Discussion in 'The Civil War Traveler's Companion' started by bdtex, Feb 8, 2017.
On my way back though Louisiana,I had intended to stop at Frogmore Plantation near Ferriday that I saw on the way up and at least drive through the complex. I knew the museum was closed but I thought I could drive through there. Nope! They had it chained off. Next time. I did however go to the roadside historical marker closeby that I saw on the way up to read and snap a pic of. In the first pic,Frogmore Plantation is in the background to the left.
I also stopped at Forts Randolph And Buhlow Sate Historic Site in Alexandria/Pineville,LA on the way home:
Turns out that the Park Ranger on duty that day is a regular attendee at the Jefferson Annual Civil War Symposium and is familiar with the Houston Civil War Round Table and Hood's Texas Brigade Association Re-activated. We know a lotta the same people. I believe he occasionally speaks at events like Jefferson and CWRT meetings. He told me that he is working on a book too but I don't recall the subject matter. The Museum/Visitor Center there is bigger than I thought it was and he explained to me that they were in the process of rotating some of the artifacts on display and some were not even labelled yet. I took a lotta pics and read what I could but I was a bit pressed for time. Didn't read or photograph everything because I was somewhat pressed for time and there is definitely a reason to go back. There is a living history/re-enactment event there this weekend but I can't make it. Thumbnail pics of some of the exhibits:
Way back in the beginning of this neverending thread,I said that originally I had intended to stop at Fort Randolph on the inbound leg to Vicksburg but decided to push on instead and that it turned out to be the right call for a coupla reasons. The first was that I got to Vicksburg earlier on Thursday and had time to do a lot there that day. The second reason was revealed to me on the return leg. The Park Ranger told me that Fort Randolph was temporarily closed because a pair of bald eagles decided to nest there and start a new family. Fort Buhlow it was.
As I remember this is another cemetery that received its markers around the same time as the one in Vicksburg, so the markers have nothing to do with where they're placed. (The first time I saw these they were proverbially white as snow because they were brand-new.) But like at Vicksburg, I believe they ARE in the correct area and that the fence predates them and indicates the area of the Confederate graves.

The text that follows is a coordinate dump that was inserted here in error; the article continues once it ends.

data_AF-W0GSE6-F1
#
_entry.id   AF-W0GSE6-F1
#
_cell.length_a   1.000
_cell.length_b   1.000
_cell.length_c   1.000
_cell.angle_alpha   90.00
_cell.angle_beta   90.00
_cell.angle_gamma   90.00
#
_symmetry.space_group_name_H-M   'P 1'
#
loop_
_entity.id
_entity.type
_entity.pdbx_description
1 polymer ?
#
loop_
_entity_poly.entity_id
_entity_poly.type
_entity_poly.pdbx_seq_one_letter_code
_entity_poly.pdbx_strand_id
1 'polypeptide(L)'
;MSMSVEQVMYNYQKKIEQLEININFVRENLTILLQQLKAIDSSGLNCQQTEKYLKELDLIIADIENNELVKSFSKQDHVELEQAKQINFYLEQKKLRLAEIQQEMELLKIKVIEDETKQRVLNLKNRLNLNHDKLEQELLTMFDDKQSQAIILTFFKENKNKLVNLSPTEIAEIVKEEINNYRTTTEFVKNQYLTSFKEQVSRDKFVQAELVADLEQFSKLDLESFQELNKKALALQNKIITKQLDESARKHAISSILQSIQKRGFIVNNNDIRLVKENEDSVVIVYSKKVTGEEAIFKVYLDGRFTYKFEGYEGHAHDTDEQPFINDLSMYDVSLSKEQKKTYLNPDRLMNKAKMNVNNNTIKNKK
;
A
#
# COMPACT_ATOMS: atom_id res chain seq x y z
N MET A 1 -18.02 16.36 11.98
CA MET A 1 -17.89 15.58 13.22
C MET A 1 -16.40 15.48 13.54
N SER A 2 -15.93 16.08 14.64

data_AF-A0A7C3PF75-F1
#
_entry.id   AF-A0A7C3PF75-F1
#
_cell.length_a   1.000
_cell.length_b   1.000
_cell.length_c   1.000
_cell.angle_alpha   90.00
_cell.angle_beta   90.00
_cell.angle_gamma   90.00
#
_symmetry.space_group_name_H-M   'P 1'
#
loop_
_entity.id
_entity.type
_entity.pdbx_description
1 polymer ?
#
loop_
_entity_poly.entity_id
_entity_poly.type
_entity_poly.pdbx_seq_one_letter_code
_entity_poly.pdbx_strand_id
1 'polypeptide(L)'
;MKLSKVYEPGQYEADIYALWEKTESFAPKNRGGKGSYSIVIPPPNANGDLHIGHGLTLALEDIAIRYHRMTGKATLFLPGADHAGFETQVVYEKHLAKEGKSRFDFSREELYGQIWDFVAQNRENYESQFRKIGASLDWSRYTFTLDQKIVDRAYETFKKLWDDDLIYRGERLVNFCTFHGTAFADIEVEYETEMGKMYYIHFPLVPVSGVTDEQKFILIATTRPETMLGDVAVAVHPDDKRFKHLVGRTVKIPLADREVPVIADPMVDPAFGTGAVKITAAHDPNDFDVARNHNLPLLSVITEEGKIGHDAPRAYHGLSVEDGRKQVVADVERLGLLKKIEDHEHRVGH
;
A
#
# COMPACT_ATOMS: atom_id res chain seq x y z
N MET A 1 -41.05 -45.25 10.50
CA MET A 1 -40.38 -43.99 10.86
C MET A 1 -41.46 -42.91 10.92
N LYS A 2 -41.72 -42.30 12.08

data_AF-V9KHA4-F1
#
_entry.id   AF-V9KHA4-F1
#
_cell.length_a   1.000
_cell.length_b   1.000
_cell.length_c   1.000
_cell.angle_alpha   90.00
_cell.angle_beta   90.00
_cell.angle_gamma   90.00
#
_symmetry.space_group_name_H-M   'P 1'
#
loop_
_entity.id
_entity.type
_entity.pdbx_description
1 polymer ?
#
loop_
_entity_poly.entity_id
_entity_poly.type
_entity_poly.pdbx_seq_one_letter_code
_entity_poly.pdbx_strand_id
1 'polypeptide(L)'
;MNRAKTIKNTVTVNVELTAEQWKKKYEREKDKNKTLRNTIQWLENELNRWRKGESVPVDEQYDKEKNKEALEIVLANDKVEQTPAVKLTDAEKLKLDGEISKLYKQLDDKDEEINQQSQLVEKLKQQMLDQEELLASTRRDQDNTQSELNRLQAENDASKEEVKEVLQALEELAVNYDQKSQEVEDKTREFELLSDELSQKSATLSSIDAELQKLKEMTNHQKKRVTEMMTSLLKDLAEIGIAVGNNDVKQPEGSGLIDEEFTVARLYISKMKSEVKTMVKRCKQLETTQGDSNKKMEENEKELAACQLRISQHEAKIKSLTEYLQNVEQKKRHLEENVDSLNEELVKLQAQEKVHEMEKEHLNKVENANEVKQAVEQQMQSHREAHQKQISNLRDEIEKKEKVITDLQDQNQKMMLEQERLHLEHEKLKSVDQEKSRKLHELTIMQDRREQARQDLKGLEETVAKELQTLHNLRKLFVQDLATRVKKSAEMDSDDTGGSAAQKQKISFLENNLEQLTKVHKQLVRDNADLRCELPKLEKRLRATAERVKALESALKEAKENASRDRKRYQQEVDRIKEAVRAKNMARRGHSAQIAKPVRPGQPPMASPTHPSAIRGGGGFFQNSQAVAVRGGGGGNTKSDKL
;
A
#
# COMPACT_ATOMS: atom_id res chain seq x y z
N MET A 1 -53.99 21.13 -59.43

Another member asked about the flag flying in front of the Raymond Confederate Cemetery. I can zoom on the pic and see the flag but I don't know what it is. Do you?
The elevated walkway to Fort Randolph begins on the far right of this pic just past the cannon.
I don't know and can't really tell much about it from the photo, but I'd bet it's some kind of municipal flag.
@alan polk . Do you know what the flag is that flies at the Raymond Confederate Cemetery?
Getting to Fort Buhlow is another matter. Quite a walk from the Visitor Center. The Park Ranger knew I was pressed for time and some generous philanthropist had just donated an 8-seater golf cart to the Park so he drove me over there. We talked a good bit about our mutual acquaintances and interests during the trip. Interpretive signage on the elevated walkway to Fort Buhlow is very helpful. I must admit that I don't know a whole lot about either Fort Randolph or Fort Buhlow,but according to the Park Ranger,the forts and outer protective earthworks there are well preserved and all original. They are not reconstructions. I like that and need to do some reading on those fortifications.
According to the interpretive signage Fort Buhlow was 30 feet high and surrounded by deep and wide trenches/ditches. The elevated walkway actually starts down in the protective outer works and winds it's way up to the top of the fort. As at Port Hudson,trees and other vegetation hold off the natural forces of erosion. It was February and the vegetation was down some,but we had a mild winter here in the deep South and it was still kinda hard to get good pics but you can still see how deep the outer works are and how high and steep the fort walls are.
Fort Buhlow walls:
That's it y'all. Thanks for looking. It was a great trip.
I did take out a 2 year subscription to Blue And Gray magazine a few days after I got back and ordered the back issue on Chickasaw Bayou. Haven't gotten it yet. A friend told me there are some good maps in it.
Best maps I've seen. I love how they go day by day. You can really keep track of the action. The article is still the best I've read about the battle.
The flag at the Raymond cemetery is known as the "Mississippi Magnolia Flag".
It was the state flag adopted during 1861.
@Vicksburger There ya go. I knew someone in this thread would know the answer to your question.
Well, I hate this thread has come to an end. I really enjoyed it and looked forward to each post everyday these past weeks! It was one great escape, for sure! Thanks so much!
I'll look forward to you return to Mississippi! And hope to meet you then over a good steak!
Include me in the reservations when it comes to the steak dinner.
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